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How Two Michigan Ross BBAs Launched a CPG Startup During Senior Year


Second semester of senior year could be your most relaxing semester of college, as you wrap up activities and start planning for the next chapter of your life. Or you could use it to pursue a new business opportunity — that’s what we did.

Taylor Hurley, BBA ’21

In fact, there is no better time to start your first business than while you are a college student, especially at the Ross School of Business. First, it is a low risk point — there is no pressure to step away from your job or effort needed to do both at once. Second, there are countless advisors, campus connections, and grant programs to support you and your entrepreneurial venture. 

At this point, you may be wondering… what exactly did you start, and how? Well, here is the story of Brassi and how we took full advantage of almost every resource available to us as Michigan Ross BBA seniors to launch our company. 

Brassi's roots began when we made "cauli oats" by mixing a (hidden) cauliflower rice into oatmeal in our college kitchen. Our tasty recipes featured on Taylor’s Instagram Blog quickly became favorites among friends and family, and we knew we were on to something! Together we set out to build the perfect bowl of health, taste, and convenience to share with the world, and Brassi was born.

How we launched Brassi

Jacqueline Sun, BBA ’21

That said, it took a lot of work to go from our idea to selling a packaged product. When we first started, we had a strong foundation on crucial topics from our BBA core classes (strategy, accounting, marketing), which allowed us to conduct analysis on the hot cereal market, model out basic financial statements to determine profitability, and think about marketing strategies to leverage. 

But, we still had a lot of questions. 

We were new to the food and entrepreneur space, and didn’t know how to incorporate a new business, how to size our potential market, and how retail and e-commerce differs for CPG food companies. So we utilized ZLI advisors, the Dare to Dream grant program, and Ross alumni to guide us through our questions along the way. 

Zell Lurie Institute office hours

All students are able to make office hours appointments at the Zell Lurie Institute with multiple advisors, and we did just that. We talked to Stewart Thornhill about business in the health food space; Rashmi Menon about product lines and cost allocation; Jim Price about incorporation and business modeling... the list goes on and on. Through talking to these advisors, we learned about grant programs such as Dare to Dream.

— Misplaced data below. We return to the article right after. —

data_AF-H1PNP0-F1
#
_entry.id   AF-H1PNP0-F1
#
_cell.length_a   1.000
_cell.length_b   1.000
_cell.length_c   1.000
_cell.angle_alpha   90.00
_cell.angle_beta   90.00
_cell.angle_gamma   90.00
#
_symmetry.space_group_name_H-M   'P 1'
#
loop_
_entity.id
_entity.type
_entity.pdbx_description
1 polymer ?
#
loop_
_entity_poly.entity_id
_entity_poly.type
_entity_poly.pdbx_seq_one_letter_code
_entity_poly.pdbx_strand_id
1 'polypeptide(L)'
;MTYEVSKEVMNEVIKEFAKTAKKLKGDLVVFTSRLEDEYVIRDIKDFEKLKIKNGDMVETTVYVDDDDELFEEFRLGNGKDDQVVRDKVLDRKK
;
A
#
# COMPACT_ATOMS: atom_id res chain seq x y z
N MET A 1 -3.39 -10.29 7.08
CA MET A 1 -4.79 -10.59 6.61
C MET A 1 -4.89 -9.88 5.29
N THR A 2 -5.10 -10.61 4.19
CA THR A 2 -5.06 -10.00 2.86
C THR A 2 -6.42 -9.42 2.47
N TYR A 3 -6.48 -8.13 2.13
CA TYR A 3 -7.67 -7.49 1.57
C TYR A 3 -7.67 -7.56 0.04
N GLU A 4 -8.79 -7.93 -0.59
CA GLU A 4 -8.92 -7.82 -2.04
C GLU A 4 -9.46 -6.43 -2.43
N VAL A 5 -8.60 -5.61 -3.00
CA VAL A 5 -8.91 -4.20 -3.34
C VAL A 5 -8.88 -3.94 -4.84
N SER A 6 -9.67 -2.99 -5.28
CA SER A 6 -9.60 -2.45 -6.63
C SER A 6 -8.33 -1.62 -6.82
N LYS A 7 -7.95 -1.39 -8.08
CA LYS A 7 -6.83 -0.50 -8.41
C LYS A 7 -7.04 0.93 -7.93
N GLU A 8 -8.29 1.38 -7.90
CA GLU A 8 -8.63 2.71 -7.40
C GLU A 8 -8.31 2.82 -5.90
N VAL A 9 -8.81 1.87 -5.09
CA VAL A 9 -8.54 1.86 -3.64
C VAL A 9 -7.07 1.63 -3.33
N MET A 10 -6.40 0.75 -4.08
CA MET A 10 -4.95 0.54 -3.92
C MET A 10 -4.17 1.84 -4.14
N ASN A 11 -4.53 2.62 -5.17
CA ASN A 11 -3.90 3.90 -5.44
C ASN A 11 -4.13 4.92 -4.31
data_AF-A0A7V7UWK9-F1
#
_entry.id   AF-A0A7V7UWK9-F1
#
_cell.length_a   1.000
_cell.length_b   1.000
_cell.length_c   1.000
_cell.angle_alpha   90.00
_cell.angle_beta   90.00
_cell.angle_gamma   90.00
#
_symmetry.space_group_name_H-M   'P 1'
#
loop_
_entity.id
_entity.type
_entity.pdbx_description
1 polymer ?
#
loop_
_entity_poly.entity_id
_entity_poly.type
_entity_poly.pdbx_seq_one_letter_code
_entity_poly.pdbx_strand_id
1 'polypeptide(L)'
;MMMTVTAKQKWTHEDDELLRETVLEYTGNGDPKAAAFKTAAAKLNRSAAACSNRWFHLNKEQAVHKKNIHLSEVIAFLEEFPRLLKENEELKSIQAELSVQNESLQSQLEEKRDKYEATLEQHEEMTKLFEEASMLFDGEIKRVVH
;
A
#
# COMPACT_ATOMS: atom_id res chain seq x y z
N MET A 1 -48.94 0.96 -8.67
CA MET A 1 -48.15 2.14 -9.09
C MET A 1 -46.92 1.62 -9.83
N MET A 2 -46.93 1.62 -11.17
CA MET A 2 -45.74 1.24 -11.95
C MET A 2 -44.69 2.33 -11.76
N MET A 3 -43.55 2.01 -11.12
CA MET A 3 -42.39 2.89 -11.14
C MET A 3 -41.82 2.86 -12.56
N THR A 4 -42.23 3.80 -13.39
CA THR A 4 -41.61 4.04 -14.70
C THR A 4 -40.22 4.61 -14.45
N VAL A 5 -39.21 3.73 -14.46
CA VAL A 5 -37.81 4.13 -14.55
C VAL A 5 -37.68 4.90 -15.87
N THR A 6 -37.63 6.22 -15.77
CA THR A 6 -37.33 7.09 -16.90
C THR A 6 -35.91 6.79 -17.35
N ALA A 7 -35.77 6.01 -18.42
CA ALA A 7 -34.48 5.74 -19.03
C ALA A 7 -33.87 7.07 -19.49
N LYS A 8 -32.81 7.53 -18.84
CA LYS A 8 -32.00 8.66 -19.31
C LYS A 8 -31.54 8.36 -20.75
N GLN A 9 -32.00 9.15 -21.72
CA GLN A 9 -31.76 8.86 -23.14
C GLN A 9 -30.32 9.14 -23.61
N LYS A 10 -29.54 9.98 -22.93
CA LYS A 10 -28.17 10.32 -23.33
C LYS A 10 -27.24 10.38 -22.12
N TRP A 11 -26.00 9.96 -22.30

Eugene Applebaum Dare to Dream Program

We’re currently in the second phase of the Dare to Dream. Dare to Dream has taught us a lot about determining financial feasibility and sizing our market, and we will receive grant funding to run Brassi through the program. Many of the program’s advisors have also worked with past Ross students who have launched their own food businesses, and this is how we got connected to awesome alumni, including Ellis at SIMPL and Harinee at Prayani

Michigan Ross community

Additionally, the Ross community at large has provided amazing support in helping us spread the word. We have partnered with a variety of women leadership groups in the business community such as Lean In, Michigan Business Woman, and Woman Who Launch to connect with their members and host events on student entrepreneurship / entrepreneurship as two young women. For us, women empowerment especially within the business community is very important to us, and we want to be a resource to other female students who are interested in starting a business. 

So far, leveraging these resources is already paying off. We have won a pitch competition and are now selling Brassi in three online marketplaces (Ypsilanti Farmers Market, Market Wagon, and UrsaNova). Soon we will begin selling at a few local retailers soon (McPherson’s, Capital City Market). 

We know this is just the start as we have BIG dreams for Brassi. We also know we could not have come this far with our company without the support and resources available to us as Michigan Ross BBAs, and we are incredibly grateful we took advantage of our senior year to become entrepreneurs.

Jacqueline Sun, BBA ’21, and Taylor Hurley, BBA ’21